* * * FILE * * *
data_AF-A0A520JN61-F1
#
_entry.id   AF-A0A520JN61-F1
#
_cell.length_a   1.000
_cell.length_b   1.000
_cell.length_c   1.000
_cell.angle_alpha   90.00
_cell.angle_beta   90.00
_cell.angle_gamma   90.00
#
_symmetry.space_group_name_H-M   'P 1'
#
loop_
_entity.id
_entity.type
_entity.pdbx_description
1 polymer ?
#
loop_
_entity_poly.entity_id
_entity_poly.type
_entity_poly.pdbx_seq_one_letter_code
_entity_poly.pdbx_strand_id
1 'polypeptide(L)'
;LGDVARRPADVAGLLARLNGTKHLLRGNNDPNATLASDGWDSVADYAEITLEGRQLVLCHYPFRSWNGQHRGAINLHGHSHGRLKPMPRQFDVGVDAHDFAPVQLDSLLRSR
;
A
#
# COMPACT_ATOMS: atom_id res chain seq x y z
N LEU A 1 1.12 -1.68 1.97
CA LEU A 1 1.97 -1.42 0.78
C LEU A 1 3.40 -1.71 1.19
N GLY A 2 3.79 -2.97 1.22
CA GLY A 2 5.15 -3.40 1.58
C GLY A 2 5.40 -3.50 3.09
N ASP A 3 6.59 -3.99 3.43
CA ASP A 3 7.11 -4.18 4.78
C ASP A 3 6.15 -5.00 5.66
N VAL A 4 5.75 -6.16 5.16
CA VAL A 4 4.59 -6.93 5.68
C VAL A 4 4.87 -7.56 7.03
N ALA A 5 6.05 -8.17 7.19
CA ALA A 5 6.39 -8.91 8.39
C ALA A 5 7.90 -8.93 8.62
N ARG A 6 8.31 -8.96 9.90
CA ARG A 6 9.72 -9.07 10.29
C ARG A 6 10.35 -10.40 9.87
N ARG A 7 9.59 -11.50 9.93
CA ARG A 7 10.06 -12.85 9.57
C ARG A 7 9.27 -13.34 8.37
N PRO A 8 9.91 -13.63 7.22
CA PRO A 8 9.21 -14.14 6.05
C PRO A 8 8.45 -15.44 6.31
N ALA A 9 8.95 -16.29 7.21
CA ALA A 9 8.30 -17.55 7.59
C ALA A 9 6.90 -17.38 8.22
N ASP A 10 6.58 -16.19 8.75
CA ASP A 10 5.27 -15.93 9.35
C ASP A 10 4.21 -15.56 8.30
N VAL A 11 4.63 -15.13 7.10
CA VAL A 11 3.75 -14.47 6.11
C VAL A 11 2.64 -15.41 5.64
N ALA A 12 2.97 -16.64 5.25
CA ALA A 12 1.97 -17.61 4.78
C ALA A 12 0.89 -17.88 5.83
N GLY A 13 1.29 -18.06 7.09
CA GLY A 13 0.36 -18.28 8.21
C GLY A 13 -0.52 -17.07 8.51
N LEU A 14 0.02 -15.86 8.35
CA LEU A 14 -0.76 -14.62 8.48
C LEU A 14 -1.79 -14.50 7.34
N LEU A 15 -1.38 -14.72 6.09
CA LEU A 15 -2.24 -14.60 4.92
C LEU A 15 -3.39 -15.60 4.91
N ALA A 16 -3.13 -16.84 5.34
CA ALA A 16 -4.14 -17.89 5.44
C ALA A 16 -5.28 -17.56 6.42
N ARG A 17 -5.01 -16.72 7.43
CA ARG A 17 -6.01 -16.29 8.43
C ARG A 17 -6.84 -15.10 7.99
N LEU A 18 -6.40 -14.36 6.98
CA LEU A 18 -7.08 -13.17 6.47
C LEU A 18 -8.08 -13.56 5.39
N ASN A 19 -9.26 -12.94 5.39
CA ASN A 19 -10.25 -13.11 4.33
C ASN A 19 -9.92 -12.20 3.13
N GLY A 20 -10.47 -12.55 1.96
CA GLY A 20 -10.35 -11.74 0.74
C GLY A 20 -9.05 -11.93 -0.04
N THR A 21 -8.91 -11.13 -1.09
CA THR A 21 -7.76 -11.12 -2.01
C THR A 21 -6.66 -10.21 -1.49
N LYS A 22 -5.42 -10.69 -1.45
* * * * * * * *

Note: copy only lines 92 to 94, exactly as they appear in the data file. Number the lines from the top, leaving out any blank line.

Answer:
CA THR A 21 -7.76 -11.12 -2.01
C THR A 21 -6.66 -10.21 -1.49
N LYS A 22 -5.42 -10.69 -1.45